#1
I've heard about adjusting the action on the internet, but I have no idea how to. I have an Ibanez RG series (RG6003FM). Thanks.
#3
Adjusting the action on those types of bridges is simple. It looks like the standard strat-type fixed bridge with 2 grub screws per saddle.

All you need to do is adjust the 2 grub screws per saddle with an allen wrench that's the appropriate size (it'll be a very small one) by the same amount as each other so that the saddle doesn't sit crooked. And then subsequently adjusting all the other string saddles by the same amount that you adjusted the first saddle, so you don't end up throwing the string radius out of whack.

It's easier to show this with a picture than to describe it, but the string radius refers to the way all the strings's action heights are set relative to the guitar's fretboard radius. You want each string to follow the path of the fretboard radius, and by adjusting the action of 1 string, you must adjust all the other strings by the same amount so the relative action of each string still matches that of the fretboard's curvature.

Like this:



Notice how the action of each string is adjusted to the fretboard radius. This is important to ensure that each string is at the optimum height for the best playability possible.

If you forgot how much you adjusted the action of one saddle, so you cannot accurately adjust the others to match, the only solution is to buy an understring fretboard radius gauge. They come in sets of several, that are suited to the fretboard radii of most guitars. They look like this:



You can buy them here:

http://www.stewmac.com/Luthier_Tools/Tools_by_Job/Tools_for_Necks_and_Fingerboards/Understring_Radius_Gauges.html

Although Stewmac is a ripoff merchant. You can buy gauges that are just as good for a lot less on Amazon.
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#4
One thing to watch out for
I always slacken off the strings a little so there is less tension on the guitar, making the grub screws easier to adjust. I started doing this after I stripped the head of a screw while adjusting the action.
^ Probably a load of crap

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#7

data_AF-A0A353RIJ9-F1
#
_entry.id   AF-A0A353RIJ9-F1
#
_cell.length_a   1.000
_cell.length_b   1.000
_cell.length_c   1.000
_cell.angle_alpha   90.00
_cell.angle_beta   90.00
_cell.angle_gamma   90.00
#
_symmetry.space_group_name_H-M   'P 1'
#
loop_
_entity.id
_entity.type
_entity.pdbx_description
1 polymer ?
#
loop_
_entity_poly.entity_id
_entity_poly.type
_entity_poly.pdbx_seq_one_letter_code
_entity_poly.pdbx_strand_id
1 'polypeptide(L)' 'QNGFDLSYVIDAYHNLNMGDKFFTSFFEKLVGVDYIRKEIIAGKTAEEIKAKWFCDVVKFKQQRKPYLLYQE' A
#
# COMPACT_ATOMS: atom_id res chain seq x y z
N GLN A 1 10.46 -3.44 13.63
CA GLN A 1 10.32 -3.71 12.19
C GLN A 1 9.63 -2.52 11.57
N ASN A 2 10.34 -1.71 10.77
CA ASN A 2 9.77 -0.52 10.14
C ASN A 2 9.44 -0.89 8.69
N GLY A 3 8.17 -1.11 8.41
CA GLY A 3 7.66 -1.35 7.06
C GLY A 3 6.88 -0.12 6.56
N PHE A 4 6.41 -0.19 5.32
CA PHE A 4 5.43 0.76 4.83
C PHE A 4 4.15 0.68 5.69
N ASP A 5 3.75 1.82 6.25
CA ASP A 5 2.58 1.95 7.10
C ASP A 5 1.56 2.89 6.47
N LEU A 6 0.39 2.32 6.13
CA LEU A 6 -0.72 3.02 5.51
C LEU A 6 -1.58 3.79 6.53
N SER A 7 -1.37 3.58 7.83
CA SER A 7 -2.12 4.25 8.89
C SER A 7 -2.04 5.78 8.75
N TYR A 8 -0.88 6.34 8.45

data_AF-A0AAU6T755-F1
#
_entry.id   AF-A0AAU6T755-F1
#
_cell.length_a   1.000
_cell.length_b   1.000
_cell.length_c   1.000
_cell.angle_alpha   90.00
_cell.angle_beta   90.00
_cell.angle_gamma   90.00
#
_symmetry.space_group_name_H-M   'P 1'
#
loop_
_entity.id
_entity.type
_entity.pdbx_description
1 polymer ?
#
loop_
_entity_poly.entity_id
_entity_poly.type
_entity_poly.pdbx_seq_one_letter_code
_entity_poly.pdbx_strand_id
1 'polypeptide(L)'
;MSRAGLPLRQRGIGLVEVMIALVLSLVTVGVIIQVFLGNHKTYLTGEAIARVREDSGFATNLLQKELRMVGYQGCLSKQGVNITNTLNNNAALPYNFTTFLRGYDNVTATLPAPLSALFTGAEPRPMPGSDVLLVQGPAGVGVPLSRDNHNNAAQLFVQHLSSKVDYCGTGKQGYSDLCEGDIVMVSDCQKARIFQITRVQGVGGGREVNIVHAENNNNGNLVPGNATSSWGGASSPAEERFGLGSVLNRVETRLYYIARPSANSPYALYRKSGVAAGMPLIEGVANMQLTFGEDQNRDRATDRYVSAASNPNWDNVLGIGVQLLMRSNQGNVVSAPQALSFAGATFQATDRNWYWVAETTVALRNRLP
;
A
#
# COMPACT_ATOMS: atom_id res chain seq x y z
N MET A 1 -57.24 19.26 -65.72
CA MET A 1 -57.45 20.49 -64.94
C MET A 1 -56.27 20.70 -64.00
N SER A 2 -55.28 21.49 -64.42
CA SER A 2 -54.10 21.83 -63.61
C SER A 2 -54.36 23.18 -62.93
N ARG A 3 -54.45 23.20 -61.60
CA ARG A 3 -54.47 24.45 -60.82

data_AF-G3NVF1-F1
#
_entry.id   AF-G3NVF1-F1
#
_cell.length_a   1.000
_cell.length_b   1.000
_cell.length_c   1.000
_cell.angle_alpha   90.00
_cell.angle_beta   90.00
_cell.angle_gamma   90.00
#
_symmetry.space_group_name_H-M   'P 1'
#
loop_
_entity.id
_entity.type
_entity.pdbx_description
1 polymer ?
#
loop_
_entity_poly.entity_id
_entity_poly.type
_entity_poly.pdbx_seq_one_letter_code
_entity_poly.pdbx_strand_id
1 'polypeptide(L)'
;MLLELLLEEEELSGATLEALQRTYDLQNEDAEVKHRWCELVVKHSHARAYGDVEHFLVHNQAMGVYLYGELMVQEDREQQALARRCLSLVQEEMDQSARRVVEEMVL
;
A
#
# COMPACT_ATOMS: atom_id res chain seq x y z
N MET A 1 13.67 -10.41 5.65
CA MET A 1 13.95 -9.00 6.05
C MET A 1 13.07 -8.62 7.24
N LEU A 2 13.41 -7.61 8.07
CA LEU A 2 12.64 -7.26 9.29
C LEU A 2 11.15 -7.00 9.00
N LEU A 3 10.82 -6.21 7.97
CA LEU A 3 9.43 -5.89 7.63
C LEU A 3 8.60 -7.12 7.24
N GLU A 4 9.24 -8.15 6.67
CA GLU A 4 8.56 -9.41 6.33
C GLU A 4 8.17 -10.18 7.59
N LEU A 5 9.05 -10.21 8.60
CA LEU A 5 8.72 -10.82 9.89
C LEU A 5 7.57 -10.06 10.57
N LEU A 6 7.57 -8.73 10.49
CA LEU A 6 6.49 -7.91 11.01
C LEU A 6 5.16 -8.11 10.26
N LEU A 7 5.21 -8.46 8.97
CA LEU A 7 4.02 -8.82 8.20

Quote by T00DEEPBLUE
And then subsequently adjusting all the other string saddles by the same amount that you adjusted the first saddle, so you don't end up throwing the string radius out of whack.

It's easier to show this with a picture than to describe it, but the string radius refers to the way all the strings's action heights are set relative to the guitar's fretboard radius. You want each string to follow the path of the fretboard radius, and by adjusting the action of 1 string, you must adjust all the other strings by the same amount so the relative action of each string still matches that of the fretboard's curvature.

Like this:

Notice how the action of each string is adjusted to the fretboard radius. This is important to ensure that each string is at the optimum height for the best playability possible.

If you forgot how much you adjusted the action of one saddle, so you cannot accurately adjust the others to match, the only solution is to buy an understring fretboard radius gauge. They come in sets of several, that are suited to the fretboard radii of most guitars. They look like this:

I imagine this applies less to flatter fretboards, but personally I find that matching the fretboard radius isn't necessarily the best option; on 9.5" boards I tend to have the string radius a fair bit flatter to allow for bending without fretting out. An Ibby fretboard is probably the next best thing to flat anyway though.
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